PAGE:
Insurance is a fact of life – it is everywhere. People will always need it. There will always be risk- meaning there will always be a need to reduce that risk. Therefore, there will always be work for people in insurance. It is no coincidence that international insurance companies are so successful, they sell something for which there is and always will be a very high demand.

  1. A dynamic industry

You might have an image of insurance as a stuffy and bureaucratic industry but you would be wrong. In fact, insurance is a dynamic industry where innovation and development of new ideas and products is highly appreciated. Technology and innovation are now at the very heart of the industry and there is plenty of room for young people with a ‘can-do’ attitude to change the way things are done.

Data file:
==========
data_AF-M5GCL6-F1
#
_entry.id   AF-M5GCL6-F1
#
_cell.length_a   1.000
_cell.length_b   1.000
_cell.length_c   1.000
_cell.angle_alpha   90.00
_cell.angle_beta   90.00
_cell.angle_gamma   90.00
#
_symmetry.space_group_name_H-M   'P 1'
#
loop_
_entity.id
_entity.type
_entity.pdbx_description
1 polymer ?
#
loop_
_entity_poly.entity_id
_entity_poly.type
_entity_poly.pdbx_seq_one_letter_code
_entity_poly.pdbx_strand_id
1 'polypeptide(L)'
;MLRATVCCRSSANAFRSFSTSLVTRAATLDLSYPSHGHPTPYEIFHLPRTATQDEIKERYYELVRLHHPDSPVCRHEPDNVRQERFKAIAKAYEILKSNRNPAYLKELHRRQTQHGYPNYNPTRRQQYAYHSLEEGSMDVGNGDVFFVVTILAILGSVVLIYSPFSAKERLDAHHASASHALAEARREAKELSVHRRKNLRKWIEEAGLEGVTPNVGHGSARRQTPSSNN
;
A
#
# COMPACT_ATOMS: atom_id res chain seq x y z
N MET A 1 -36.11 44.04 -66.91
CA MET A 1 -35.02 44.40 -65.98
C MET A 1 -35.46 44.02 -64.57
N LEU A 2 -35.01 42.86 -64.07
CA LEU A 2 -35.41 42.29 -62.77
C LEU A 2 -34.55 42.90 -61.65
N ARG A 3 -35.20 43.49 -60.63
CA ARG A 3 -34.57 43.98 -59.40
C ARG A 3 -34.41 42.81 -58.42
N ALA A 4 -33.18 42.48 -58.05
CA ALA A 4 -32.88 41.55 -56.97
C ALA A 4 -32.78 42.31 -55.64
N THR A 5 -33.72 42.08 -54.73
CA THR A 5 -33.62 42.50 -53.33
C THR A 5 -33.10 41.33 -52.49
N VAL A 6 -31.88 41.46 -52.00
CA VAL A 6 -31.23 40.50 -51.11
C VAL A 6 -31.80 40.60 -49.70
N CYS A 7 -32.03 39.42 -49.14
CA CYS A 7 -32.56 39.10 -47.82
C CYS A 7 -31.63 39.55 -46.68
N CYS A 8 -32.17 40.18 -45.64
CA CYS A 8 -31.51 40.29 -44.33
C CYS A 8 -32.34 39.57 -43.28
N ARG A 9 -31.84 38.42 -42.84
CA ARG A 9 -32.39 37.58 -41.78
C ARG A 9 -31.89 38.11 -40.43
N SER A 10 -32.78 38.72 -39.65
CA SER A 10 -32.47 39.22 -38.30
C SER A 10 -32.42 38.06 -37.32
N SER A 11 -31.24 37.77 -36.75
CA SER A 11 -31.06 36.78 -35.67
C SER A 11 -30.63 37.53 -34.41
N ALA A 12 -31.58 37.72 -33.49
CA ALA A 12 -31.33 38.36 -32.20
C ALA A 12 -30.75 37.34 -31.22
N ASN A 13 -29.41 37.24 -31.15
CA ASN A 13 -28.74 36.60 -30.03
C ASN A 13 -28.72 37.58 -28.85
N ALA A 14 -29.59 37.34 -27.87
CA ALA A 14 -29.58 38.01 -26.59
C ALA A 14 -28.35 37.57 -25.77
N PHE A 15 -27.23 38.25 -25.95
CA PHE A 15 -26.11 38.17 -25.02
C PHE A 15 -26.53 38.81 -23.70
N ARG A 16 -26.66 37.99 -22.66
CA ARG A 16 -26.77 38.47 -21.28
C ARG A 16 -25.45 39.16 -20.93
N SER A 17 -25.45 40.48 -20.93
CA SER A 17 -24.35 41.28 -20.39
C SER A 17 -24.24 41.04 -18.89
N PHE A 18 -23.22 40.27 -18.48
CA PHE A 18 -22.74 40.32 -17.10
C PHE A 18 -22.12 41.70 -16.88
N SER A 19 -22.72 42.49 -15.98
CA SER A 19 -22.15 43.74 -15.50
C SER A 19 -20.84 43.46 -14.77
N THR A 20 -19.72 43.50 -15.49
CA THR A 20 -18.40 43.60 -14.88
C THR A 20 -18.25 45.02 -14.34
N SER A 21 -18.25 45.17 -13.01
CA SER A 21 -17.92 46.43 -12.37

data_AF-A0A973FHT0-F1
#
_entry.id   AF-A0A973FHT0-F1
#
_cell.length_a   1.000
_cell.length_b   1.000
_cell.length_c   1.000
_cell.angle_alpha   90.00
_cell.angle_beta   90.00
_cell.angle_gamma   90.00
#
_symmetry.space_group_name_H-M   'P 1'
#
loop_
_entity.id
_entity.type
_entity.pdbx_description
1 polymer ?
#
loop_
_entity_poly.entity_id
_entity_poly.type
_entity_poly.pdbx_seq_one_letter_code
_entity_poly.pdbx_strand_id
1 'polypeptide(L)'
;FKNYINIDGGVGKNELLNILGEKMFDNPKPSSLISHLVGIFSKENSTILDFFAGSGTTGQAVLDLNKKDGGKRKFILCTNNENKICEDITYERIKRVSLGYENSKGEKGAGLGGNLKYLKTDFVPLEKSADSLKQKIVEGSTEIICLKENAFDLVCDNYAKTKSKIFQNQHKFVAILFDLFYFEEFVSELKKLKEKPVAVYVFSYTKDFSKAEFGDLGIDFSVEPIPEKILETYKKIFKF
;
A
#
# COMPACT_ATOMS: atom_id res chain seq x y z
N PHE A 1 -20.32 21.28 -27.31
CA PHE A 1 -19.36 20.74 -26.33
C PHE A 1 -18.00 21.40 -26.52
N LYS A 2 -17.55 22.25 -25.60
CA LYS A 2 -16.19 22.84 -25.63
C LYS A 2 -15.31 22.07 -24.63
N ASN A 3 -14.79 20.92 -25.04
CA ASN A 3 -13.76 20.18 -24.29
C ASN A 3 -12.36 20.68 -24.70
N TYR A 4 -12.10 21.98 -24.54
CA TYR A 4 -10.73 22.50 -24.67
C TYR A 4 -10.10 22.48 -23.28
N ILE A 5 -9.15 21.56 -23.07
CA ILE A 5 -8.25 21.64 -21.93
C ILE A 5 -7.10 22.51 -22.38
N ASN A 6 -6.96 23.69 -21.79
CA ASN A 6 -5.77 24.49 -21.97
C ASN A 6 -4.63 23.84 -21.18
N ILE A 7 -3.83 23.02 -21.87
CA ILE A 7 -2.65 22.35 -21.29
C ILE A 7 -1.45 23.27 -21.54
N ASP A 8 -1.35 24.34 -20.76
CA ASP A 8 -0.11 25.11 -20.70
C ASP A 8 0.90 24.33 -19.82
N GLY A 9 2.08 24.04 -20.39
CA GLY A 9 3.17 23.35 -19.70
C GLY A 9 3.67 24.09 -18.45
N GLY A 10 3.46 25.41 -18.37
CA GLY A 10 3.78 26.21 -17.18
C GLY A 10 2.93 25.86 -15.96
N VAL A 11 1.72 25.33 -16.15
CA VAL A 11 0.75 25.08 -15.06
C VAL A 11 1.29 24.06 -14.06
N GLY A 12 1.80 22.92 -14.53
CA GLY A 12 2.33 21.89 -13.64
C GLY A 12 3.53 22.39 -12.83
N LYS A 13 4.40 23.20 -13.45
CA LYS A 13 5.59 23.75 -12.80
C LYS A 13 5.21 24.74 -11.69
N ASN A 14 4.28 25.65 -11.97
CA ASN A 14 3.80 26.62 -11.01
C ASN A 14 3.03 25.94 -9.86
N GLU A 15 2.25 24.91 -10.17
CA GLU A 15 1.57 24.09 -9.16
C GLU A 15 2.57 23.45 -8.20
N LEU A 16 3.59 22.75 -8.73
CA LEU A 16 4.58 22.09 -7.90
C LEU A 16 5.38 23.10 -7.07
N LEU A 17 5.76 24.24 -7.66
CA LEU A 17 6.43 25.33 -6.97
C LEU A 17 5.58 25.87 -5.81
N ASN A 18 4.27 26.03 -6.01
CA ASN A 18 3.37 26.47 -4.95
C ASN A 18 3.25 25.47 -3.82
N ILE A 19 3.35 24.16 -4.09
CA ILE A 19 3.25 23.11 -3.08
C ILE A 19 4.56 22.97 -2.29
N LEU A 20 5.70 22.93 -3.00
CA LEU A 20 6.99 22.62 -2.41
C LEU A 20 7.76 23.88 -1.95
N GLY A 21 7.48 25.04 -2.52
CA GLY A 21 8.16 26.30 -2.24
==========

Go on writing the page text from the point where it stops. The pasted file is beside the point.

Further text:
1. Good earnings and benefits

Insurance is a profitable industry, so there is a good salary to be earned. There is also security in insurance and it is unique in that it can offer exceptional benefits to employees in the industry. In any job, your insurance and pension benefits are a key consideration, but nobody can offer better insurance than insurers. If you ever want to start a family, you will be glad you are in insurance.

  1. Plenty of room to grow

You can scale any heights you wish in the insurance industry. Why be hampered by a stifling advancement structure when you can benefit from regular professional reviews and the opportunity to shoot for the moon in your career?

  1. You are selling peace of mind